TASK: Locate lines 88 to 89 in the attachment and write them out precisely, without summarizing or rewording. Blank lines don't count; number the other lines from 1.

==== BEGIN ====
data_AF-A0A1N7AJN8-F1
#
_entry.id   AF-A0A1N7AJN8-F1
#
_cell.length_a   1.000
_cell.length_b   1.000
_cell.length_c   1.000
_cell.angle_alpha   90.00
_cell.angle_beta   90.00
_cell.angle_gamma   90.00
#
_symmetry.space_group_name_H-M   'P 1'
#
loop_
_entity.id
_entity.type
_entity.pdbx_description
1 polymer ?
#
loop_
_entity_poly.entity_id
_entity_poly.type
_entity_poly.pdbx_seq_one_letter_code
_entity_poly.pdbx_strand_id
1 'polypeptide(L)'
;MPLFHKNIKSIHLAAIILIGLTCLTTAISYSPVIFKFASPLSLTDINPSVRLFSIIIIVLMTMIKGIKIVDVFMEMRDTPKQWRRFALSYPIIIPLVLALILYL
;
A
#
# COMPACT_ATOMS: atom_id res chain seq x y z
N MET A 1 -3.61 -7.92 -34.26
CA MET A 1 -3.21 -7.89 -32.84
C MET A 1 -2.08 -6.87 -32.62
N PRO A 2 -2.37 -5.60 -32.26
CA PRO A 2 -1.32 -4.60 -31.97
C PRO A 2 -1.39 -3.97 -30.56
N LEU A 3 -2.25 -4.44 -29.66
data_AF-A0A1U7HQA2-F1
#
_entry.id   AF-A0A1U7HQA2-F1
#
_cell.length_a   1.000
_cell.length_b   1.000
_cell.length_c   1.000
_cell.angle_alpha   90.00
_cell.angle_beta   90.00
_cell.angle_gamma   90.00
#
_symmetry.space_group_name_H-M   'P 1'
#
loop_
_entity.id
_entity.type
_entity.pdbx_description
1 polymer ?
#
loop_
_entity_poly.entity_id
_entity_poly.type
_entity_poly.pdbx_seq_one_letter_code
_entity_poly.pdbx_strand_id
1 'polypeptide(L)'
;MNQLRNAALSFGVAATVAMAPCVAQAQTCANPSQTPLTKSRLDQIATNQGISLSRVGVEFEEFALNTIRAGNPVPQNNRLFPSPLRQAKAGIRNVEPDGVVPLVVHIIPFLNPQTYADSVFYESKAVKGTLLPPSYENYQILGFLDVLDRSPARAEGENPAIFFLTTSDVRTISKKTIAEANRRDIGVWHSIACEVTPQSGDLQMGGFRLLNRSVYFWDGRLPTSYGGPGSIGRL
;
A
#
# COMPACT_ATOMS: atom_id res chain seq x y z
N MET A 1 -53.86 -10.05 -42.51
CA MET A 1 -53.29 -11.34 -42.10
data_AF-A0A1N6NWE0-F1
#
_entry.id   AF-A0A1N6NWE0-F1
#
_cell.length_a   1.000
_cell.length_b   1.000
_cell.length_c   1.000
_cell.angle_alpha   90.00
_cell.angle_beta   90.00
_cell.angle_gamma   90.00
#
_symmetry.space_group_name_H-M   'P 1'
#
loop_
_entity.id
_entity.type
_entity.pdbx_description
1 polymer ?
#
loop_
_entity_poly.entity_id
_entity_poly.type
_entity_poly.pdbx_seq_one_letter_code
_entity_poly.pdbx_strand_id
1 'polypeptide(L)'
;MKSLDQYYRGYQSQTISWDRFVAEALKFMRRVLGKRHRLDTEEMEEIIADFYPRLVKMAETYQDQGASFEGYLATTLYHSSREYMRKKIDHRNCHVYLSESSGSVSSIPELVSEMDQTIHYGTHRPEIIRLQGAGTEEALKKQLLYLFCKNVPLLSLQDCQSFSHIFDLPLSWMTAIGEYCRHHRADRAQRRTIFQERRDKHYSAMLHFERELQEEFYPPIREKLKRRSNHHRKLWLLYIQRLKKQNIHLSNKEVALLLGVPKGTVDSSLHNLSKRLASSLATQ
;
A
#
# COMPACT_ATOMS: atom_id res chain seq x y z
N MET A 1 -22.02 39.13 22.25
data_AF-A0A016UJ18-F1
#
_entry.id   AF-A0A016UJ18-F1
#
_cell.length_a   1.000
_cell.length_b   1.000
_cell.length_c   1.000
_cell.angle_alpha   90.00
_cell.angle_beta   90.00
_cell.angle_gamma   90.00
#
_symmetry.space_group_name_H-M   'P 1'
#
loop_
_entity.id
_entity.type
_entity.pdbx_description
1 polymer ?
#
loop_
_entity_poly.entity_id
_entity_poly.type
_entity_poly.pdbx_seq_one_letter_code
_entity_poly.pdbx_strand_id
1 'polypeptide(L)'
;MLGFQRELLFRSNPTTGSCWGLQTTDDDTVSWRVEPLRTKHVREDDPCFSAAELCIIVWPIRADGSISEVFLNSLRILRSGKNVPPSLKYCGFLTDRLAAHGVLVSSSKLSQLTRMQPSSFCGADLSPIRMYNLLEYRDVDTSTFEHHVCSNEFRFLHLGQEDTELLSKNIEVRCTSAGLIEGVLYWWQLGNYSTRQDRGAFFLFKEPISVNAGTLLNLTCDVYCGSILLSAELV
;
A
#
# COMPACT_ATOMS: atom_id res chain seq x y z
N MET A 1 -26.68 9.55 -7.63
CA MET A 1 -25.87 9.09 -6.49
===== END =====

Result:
#
loop_